The Congressional Budget Office estimates that premiums for the national long-term care insurance system proposed by Senator Ted Kennedy (D-MA) may be significantly higher than the $65 per month Kennedy aimed for.
CBO figures that for the insurance system to be self-sustaining, premiums would have to be in the range of $100 to $110 per month.
A key question for the Kennedy plan, called the CLASS Act, is how many people would purchase coverage. Under the Kennedy design, people would be automatically enrolled once they started working, but they’d have the opportunity to opt-out. Those who chose to decline coverage could purchase later, although they would have to pay higher age-based premiums.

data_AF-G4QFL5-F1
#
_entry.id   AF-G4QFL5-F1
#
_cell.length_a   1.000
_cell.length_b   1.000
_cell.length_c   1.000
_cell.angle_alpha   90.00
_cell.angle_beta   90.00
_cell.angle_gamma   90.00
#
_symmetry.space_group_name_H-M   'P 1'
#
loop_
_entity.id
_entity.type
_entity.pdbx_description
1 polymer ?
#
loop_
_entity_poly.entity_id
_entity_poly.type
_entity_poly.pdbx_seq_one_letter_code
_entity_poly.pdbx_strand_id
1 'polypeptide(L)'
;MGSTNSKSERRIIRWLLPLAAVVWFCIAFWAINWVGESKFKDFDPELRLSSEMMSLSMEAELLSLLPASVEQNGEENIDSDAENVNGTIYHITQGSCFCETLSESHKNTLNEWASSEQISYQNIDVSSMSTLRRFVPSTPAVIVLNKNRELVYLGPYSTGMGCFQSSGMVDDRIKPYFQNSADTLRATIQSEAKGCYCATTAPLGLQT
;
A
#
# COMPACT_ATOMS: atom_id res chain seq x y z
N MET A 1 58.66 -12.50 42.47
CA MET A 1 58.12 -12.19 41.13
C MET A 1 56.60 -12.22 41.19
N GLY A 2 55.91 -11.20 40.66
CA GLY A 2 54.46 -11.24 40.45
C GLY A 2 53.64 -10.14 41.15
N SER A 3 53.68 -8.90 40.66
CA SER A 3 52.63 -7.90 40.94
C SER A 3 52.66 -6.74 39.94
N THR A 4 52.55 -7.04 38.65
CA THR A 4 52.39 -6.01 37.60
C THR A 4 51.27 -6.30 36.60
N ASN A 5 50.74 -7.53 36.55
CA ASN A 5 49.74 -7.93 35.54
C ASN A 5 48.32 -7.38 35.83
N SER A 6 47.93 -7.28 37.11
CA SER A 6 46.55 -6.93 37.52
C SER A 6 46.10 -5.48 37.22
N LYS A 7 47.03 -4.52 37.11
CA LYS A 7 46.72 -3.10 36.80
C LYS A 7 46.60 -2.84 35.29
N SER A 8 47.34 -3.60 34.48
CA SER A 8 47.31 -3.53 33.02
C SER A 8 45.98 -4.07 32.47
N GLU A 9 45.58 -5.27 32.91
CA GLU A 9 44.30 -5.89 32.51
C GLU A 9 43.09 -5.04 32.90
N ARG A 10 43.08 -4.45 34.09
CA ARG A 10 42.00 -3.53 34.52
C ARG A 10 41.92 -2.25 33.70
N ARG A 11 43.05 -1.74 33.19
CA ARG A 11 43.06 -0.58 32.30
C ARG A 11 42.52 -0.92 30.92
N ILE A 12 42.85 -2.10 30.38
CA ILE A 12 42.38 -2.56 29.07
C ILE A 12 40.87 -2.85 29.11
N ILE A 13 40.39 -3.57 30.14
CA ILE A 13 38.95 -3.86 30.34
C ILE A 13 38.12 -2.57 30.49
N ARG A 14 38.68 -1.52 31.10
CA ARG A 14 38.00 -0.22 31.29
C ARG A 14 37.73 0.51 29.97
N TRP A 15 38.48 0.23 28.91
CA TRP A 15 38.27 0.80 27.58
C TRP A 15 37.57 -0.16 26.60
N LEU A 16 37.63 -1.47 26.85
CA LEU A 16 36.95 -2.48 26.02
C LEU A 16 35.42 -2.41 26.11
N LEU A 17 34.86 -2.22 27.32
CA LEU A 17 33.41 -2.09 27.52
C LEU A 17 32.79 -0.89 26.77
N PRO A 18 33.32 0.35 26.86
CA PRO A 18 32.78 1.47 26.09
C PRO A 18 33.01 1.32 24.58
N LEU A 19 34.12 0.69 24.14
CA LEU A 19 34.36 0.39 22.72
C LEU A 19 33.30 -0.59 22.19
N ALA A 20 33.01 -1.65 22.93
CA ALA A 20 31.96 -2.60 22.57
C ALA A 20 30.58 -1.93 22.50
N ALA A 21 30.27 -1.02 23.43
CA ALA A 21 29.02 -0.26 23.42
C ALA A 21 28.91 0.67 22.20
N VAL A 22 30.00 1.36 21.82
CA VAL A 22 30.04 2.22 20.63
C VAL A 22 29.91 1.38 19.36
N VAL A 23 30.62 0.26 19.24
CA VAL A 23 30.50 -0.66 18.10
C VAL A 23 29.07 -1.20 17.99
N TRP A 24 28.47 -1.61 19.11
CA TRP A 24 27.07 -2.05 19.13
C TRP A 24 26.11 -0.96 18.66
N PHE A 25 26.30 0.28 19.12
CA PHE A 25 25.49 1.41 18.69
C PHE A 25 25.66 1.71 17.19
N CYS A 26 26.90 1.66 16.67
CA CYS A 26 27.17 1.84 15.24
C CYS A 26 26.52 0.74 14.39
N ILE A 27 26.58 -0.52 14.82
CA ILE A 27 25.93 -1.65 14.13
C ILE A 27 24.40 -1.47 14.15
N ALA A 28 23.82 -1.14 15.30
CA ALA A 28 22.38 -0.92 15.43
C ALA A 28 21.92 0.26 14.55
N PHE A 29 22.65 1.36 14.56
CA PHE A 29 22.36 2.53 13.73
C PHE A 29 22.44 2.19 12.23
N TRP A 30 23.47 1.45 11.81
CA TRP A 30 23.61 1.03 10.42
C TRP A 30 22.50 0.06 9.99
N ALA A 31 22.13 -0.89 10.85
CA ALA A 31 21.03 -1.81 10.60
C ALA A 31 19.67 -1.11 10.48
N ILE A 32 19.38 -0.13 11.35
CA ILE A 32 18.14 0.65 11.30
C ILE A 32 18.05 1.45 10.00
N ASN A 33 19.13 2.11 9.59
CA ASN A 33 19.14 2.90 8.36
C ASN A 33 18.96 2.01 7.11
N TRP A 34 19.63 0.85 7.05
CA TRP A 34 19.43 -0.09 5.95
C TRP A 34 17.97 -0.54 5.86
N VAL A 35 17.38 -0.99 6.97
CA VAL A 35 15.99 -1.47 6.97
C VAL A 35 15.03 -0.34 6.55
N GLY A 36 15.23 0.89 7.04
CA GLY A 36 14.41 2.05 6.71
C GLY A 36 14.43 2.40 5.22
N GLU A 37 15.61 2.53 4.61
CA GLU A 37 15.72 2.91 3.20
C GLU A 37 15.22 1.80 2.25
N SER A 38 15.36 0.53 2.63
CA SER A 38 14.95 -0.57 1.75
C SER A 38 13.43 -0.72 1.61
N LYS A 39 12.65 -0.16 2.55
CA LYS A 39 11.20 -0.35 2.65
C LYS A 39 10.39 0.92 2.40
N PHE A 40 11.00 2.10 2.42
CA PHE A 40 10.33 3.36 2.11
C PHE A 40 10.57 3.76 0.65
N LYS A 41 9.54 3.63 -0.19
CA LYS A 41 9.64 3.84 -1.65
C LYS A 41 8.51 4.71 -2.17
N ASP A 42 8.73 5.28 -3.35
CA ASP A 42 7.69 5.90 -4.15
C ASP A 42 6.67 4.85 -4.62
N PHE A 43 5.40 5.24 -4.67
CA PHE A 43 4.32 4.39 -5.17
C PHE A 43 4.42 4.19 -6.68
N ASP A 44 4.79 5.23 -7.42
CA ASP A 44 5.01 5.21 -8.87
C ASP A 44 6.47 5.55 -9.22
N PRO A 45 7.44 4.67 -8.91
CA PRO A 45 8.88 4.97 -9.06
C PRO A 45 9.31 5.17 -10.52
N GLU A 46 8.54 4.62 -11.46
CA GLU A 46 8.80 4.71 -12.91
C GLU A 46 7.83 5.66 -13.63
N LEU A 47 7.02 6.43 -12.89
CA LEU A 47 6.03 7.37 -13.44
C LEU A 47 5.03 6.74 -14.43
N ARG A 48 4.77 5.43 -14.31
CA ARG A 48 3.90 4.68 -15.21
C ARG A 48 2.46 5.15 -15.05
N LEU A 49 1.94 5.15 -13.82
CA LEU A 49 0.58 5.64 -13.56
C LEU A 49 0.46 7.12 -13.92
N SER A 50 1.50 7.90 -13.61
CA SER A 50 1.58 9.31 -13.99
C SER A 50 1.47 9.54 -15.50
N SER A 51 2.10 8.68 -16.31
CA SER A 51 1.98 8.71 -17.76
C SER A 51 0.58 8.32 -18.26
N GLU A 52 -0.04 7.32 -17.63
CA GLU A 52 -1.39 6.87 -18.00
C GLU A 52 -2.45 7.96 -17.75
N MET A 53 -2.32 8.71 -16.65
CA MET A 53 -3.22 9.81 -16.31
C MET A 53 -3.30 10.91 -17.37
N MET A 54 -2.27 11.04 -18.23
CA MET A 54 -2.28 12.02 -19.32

The CLASS Act would provide a lifetime benefit that averages $50 per day, although the amount would change with the level of assistance a policyholder needed. While the bill sets a premium of $65, it gives the Secretary of the Department of Health and Human Services broad discretion in setting actual rates.
The CBO estimate is roughly in line with an analysis done by a private actuarial firm, The Moran Co., for a similar plan proposed by the American Assn. of Homes and Services for the Aging (AAHSA).